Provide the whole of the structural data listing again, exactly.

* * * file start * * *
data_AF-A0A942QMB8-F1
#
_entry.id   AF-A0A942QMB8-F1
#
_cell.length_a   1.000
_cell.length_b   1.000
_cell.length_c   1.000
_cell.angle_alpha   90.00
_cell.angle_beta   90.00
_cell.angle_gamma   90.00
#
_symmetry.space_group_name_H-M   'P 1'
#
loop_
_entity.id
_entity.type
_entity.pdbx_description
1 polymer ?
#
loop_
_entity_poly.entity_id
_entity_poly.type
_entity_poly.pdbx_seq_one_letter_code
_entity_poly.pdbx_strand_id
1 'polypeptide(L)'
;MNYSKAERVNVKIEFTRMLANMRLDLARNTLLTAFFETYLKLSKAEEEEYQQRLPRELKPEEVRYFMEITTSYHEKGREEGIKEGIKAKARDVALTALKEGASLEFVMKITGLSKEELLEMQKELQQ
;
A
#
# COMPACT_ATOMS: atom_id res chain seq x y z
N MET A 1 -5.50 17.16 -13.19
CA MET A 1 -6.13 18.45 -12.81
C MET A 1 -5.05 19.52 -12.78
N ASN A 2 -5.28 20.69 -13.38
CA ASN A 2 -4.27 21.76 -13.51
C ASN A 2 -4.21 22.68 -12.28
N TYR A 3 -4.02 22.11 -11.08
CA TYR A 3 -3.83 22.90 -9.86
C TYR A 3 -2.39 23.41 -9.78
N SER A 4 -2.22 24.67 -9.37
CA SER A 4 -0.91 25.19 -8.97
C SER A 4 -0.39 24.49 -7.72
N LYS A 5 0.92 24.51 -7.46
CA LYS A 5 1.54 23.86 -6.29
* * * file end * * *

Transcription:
data_AF-A0A942QMB8-F1
#
_entry.id   AF-A0A942QMB8-F1
#
_cell.length_a   1.000
_cell.length_b   1.000
_cell.length_c   1.000
_cell.angle_alpha   90.00
_cell.angle_beta   90.00
_cell.angle_gamma   90.00
#
_symmetry.space_group_name_H-M   'P 1'
#
loop_
_entity.id
_entity.type
_entity.pdbx_description
1 polymer ?
#
loop_
_entity_poly.entity_id
_entity_poly.type
_entity_poly.pdbx_seq_one_letter_code
_entity_poly.pdbx_strand_id
1 'polypeptide(L)'
;MNYSKAERVNVKIEFTRMLANMRLDLARNTLLTAFFETYLKLSKAEEEEYQQRLPRELKPEEVRYFMEITTSYHEKGREEGIKEGIKAKARDVALTALKEGASLEFVMKITGLSKEELLEMQKELQQ
;
A
#
# COMPACT_ATOMS: atom_id res chain seq x y z
N MET A 1 -5.50 17.16 -13.19
CA MET A 1 -6.13 18.45 -12.81
C MET A 1 -5.05 19.52 -12.78
N ASN A 2 -5.28 20.69 -13.38
CA ASN A 2 -4.27 21.76 -13.51
C ASN A 2 -4.21 22.68 -12.28
N TYR A 3 -4.02 22.11 -11.08
CA TYR A 3 -3.83 22.90 -9.86
C TYR A 3 -2.39 23.41 -9.78
N SER A 4 -2.22 24.67 -9.37
CA SER A 4 -0.91 25.19 -8.97
C SER A 4 -0.39 24.49 -7.72
N LYS A 5 0.92 24.51 -7.46
CA LYS A 5 1.54 23.86 -6.29